It starts with a black screen and the sound of a chainsaw. I then heard men shouting in Arabic for others to stop what they are doing. And then came the visual: a man holds the chainsaw and lops off the branches of olive trees — not to prune them, but to destroy them. Men cry out in anguish which moves me in my core — I feel the pain of those who are losing their beloved trees, their source of life, and I feel the pain of the olive trees themselves, their limbs ripped from their bodies, soon to be uprooted. A man runs into the grove to try and stop the destruction, but Israeli soldiers hold him down while they confine others in a nearby building, letting them only peer through windows and watch the killing.
This is the opening scene of a movie I just watched at a local restaurant called Bil’in Habibati — Bil’in My Love. (If you’re lucky, it might be coming to your town very soon!). It is a horrowing story of one town — not much bigger than where I grew up — where the residents have created a non-violent movement against the Apartheid Wall which is virtually annexing half of their land to be used for creation of Israeli settlement. In Bil’in, “Since January 2005, the village has been orchestrating weekly protests against the barrier’s construction.” (Even Flat Stanley has been there!) There are many great stories from Bil’in, including this one from Michigan Peace Team.
While the entire movie was heartbreaking — at times unsettling my stomach — I found the destruction of the olive trees to be particularly poignant, and frightfully symbolic. For many, the olive branch is a sign of peace and goodwill, often held in the mouth of a dove, another symbol of peace. However, in this scene and later in the movie, the branches are removed from that which gives them life, dropping to the ground in a horrible death. Like this tree, the Palestinians are uprooted from their land and brought to horrible deaths, with the end result, seemingly, to rid the land of their people while settlers move in and others profit in the construction of their houses.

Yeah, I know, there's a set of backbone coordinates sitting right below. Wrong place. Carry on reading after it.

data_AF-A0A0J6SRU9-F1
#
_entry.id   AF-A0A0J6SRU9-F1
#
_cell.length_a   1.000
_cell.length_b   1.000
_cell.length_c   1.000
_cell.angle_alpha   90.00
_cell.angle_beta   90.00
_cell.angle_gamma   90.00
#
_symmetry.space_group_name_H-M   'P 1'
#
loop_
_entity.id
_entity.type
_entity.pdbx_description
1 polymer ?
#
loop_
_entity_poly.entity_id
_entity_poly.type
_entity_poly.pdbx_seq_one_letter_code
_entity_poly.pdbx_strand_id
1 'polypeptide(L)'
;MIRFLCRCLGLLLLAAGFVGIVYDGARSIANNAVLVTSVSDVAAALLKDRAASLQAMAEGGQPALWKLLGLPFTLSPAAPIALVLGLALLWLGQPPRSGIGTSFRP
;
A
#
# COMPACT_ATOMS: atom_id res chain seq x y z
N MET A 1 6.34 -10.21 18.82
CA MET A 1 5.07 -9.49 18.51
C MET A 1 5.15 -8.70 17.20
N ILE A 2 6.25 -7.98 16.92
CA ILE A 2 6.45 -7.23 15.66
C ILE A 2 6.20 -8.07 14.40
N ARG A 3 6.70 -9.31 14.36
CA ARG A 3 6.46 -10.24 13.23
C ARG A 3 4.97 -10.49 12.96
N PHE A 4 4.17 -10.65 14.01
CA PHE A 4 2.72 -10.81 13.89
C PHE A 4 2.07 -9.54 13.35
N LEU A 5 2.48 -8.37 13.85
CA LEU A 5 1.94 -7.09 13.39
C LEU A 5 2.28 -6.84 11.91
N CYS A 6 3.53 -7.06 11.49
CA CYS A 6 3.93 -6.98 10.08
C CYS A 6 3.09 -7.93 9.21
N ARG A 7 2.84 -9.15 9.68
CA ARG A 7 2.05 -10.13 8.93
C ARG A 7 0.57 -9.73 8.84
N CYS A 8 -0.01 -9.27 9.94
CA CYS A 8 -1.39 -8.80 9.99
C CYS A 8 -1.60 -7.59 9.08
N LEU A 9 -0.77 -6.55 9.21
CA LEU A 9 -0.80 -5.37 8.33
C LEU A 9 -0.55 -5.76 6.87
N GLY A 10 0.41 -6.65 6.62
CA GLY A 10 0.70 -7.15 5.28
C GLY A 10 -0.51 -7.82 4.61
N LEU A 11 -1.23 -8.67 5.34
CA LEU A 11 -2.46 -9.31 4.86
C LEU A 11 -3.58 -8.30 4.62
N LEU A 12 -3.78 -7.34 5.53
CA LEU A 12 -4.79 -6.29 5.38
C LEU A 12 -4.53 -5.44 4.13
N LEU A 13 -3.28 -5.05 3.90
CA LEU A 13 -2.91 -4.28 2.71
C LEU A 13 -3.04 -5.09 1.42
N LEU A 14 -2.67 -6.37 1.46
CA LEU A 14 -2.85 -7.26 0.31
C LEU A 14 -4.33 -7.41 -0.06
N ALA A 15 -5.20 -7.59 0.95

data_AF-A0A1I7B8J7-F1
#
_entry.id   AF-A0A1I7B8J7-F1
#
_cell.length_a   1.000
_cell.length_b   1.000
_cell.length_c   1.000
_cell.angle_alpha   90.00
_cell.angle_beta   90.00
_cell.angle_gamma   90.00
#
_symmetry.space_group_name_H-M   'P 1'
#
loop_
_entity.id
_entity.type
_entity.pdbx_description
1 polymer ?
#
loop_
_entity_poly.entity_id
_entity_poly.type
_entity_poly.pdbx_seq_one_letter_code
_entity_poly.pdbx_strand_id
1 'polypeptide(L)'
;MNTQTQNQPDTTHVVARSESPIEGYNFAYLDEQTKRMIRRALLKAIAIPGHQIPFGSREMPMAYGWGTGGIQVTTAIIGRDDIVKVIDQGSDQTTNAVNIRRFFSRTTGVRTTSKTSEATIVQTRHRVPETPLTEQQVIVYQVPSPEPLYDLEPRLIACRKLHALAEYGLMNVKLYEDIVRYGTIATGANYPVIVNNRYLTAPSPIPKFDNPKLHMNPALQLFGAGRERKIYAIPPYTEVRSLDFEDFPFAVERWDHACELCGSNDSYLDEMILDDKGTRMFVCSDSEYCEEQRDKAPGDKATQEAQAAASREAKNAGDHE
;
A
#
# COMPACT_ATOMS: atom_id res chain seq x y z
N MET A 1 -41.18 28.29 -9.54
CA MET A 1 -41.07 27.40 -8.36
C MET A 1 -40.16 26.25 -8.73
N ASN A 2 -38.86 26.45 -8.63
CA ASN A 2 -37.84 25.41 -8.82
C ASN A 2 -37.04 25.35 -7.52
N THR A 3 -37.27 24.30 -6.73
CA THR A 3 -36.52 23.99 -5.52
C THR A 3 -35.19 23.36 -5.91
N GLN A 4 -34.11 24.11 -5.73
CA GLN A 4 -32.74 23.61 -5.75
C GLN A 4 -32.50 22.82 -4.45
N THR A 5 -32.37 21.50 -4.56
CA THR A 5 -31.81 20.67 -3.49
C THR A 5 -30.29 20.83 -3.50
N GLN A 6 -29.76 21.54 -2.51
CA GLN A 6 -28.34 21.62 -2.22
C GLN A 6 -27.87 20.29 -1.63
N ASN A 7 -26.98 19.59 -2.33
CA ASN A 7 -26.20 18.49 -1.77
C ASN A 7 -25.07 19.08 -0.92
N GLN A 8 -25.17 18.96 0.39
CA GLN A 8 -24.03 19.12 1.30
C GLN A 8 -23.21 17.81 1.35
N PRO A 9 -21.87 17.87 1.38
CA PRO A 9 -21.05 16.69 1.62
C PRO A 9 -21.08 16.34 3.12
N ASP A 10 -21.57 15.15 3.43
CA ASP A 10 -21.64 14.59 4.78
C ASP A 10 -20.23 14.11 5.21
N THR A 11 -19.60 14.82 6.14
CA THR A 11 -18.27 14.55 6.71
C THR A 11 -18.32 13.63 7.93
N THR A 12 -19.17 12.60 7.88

Unfortunately, this practice is far too similar to one our country engaged in a few hundred years ago with those who inhabited the lands before Europeans arrived of what is now known to most of the world as the United States. In a quest where one group felt entitled to the land over another, the European conquerers and Americans to follow eliminated the rightful owners of the land to make room for what are now skyscrapers, highways, cell phone towers, baseball stadiums, and so much more. Can anyone say we (Americans — most of us have that blood on our hands) were justified?
I think a lot about “ownership” when I think about those people who were and are driven from their land. What does it really mean to “own” something? Does anyone truly have a right to “own?” In our current corporate society, it is hard to even imagine a life without possessions or having something to call “Mine.” But I believe this is our calling — to leave everything behind for something Greater. We all know “money can’t buy happiness,” but when will we begin to truly trust in a Higher Power and seek to live a life where all share in the joy that comes from true peace and compassion?
It will be a struggle, but it is one I am committed to make, and I invite you to join me on the journey.